Peacock Trattoria, Kyle Bay

25 Kyle Parade, Kyle Bay

Another Friday night venture and this time a trek south of Sydney to the suburb of Kyle Bay. Maybe not the wisest of decisions to head out of town 6pm at this time of the week, but we’d had a recommendation that Peacock Trattoria was worth the effort. Clearly if you make this effort you want it to be worth it.

There’s nothing fancy about this restaurant. It’s a neighbourhood Italian that’s on the tiniest of retail strips. It has a warm inviting glow:

The interior is simple with chic plastic chairs that verge on the uncomfortable, but somehow your bottom adjusts and it’s easy to settle in. There’s a good sense of bonhomie which is created by two relaxed and enthusiastic waitresses. 

There’s a menu to get excited about with traditional Italian food jazzed up with interesting combinations. What’s also more interesting is a ‘trust the chef’ option for a bargain price of $55. With the menu showing a fair bit of ambition it’s an easy choice to make.

The open kitchen is tiny with two chefs and a mini pizza oven to one and we soon get the fruits of its labour with a pizza with red onion & white anchoves

It’s a decent if quite doughy pizza. I generally prefer mine a little thinner, but the flavours are good, if a little full-on. It makes a nice change to have this as an entree.

The meal really gets started with a roast duck salad to share with hazelnuts, witlof and nectarine

This is a triumphant dish. Big bold flavours and contrasting textures. There’s nothing twee about it and it goes down a treat. The duck is crispy, but the meat rare and it combines really well with the fruit and crunchy hazelnuts with the witlof providing a hint of bitterness. I could have eaten this all night.

Next up, another dish to share: Smoked trout rillette with cream cheese, fennel and salmon caviar

Quite an intriguing dish, that flavour wise, initially feels a bit weird with the fish and cheese not the most obvious of bedfellows, but I warm to it. The toast with as much holes as bread, works well and it’s the kind of dish where you spend most of the time trying to balance the ‘salad’ on the bread for the flavour hit. Somehow the oiliness of the trout wins through and it’s a pleasant plate.

Following up the trout we next have scallops with chicken wing, apple, radish and cauliflower puree

First of all, there’s three of them between the two of us. It irks, but nothing to dwell on, considering the atmosphere and the jolliness of the place. The scallops, apple and cauliflower are classic combinations, but the chicken (even though it is delightfully crispy) is maybe one addition too many. Not that I’m complaining, because the chicken wing in its own right is pretty fine. It’s a bit of meal to get everything on one fork, but it’s worth the effort. It’s also not hard to order another class of wine. It is Friday night after all.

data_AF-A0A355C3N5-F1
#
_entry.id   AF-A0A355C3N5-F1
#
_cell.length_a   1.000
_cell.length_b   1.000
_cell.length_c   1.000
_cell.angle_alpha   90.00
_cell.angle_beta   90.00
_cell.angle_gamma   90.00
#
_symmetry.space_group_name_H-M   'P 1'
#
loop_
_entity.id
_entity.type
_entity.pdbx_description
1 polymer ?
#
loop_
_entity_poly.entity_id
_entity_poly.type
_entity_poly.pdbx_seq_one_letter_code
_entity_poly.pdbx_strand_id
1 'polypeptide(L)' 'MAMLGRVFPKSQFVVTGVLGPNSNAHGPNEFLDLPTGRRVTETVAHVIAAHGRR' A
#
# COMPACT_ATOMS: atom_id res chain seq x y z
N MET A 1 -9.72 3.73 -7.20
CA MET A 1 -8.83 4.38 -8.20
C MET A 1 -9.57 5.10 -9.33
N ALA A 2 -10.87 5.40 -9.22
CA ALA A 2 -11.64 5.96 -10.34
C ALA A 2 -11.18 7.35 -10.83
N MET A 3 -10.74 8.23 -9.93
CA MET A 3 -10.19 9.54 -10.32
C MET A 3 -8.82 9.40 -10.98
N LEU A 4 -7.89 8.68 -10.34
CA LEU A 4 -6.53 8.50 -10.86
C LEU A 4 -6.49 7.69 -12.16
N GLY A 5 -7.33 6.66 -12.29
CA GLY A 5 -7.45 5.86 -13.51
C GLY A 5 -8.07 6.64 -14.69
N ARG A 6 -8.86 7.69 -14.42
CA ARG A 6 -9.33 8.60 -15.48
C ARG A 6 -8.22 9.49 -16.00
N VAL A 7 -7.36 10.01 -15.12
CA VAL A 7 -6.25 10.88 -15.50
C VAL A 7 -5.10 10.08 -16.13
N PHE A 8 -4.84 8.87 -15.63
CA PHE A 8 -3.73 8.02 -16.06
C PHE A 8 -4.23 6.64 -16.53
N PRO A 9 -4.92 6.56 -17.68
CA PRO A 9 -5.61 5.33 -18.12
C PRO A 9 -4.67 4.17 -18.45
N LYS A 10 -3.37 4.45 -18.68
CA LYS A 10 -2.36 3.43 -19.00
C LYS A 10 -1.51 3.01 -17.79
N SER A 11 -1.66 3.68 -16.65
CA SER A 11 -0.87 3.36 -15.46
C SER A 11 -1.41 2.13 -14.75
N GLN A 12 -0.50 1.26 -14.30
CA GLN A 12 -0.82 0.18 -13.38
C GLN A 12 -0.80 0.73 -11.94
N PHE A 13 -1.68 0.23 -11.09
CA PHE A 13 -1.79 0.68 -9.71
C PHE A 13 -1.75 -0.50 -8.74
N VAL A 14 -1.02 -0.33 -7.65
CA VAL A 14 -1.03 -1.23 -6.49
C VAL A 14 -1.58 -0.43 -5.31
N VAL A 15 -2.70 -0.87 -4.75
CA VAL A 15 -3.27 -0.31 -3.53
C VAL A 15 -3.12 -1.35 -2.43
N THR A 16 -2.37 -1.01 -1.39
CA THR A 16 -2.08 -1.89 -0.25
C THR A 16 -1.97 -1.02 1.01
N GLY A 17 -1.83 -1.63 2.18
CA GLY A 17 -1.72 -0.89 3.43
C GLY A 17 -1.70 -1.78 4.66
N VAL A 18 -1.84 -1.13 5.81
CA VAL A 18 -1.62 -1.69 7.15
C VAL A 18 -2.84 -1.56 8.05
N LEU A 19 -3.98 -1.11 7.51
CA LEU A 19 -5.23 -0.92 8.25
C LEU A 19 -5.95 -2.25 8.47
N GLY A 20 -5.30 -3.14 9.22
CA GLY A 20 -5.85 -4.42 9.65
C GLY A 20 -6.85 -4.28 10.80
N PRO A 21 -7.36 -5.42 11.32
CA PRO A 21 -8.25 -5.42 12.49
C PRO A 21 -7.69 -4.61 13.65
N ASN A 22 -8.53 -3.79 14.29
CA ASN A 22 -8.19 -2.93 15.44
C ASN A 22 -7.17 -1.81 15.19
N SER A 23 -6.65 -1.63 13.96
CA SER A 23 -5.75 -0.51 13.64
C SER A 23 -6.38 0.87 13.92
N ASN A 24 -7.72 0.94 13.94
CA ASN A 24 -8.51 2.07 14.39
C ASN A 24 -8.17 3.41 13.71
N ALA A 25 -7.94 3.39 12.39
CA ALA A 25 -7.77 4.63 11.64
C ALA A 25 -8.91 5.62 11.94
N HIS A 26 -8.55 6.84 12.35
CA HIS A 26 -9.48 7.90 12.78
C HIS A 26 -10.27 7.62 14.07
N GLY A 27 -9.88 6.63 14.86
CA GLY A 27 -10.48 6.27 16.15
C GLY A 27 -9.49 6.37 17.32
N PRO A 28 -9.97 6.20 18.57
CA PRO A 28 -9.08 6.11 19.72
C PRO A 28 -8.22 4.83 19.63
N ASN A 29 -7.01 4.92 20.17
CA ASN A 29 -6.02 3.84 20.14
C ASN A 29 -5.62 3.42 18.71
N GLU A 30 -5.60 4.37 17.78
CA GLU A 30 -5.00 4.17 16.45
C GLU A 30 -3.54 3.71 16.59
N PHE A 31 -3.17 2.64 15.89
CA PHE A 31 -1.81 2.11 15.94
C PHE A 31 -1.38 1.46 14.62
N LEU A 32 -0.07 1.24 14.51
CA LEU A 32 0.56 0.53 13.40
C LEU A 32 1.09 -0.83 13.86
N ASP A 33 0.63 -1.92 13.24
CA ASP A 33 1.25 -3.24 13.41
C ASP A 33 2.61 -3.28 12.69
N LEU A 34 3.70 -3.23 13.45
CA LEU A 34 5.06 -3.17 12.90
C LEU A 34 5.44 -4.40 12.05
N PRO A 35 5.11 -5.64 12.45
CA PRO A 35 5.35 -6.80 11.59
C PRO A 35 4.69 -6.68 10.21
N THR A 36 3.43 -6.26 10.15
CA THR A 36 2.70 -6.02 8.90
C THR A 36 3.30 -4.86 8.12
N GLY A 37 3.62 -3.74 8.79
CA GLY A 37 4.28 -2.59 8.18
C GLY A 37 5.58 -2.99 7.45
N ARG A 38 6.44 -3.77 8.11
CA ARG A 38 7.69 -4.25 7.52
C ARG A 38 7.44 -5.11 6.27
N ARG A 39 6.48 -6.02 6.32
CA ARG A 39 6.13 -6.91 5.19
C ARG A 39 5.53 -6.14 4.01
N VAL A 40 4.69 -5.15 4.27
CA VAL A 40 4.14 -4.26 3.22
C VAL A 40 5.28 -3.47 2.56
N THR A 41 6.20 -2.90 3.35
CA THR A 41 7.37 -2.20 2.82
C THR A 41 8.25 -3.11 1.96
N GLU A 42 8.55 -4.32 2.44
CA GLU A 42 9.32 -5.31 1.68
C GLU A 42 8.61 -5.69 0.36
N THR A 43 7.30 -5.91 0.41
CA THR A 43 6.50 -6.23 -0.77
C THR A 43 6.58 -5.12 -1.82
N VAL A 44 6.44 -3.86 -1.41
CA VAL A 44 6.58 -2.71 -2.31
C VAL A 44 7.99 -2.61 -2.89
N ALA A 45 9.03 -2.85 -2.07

Our indivial main course is rump of lamb with caponata, salsa verde and mash

Of its parts it’s lovely. The lamb is excellent, cooked beautifully with a nice jus and a very buttery mash. My problems start with the caponata which is spicey to the point where it overshadows everything else on the plate. So it was something to keep out of the equation of the rest of the plate. So putting that to one side it was a good competent, uncomplicated Friday night main.

Just the one dessert to finish – Cassata with homemade coffee and vanilla ice cream with a grand marnier syrup

This is a nicely old school dessert; something I would never normally order. Not really a fan of coffee ice cream, it’s pretty decent and the whole thing comes together in a pleasing, sweet sticky puddle. It’s a decent way to finish the meal.

This was a restaurant that was worth the effort. There’s some good imagination going on in the kitchen and the dishes. I particularly enjoy the idea of sharing food as part of a tasting menu. It makes the occasion seem more generous and fun. However, I’m not entirely sure if all the combinations worked, with one or two additions too many. But this is a neighbourhood restaurant, not a fine dining haven and I see it as a product of clear enthusiasm as opposed to a smart-arse chef. I hope more people will make the effort to venture down to Kyle Bay.


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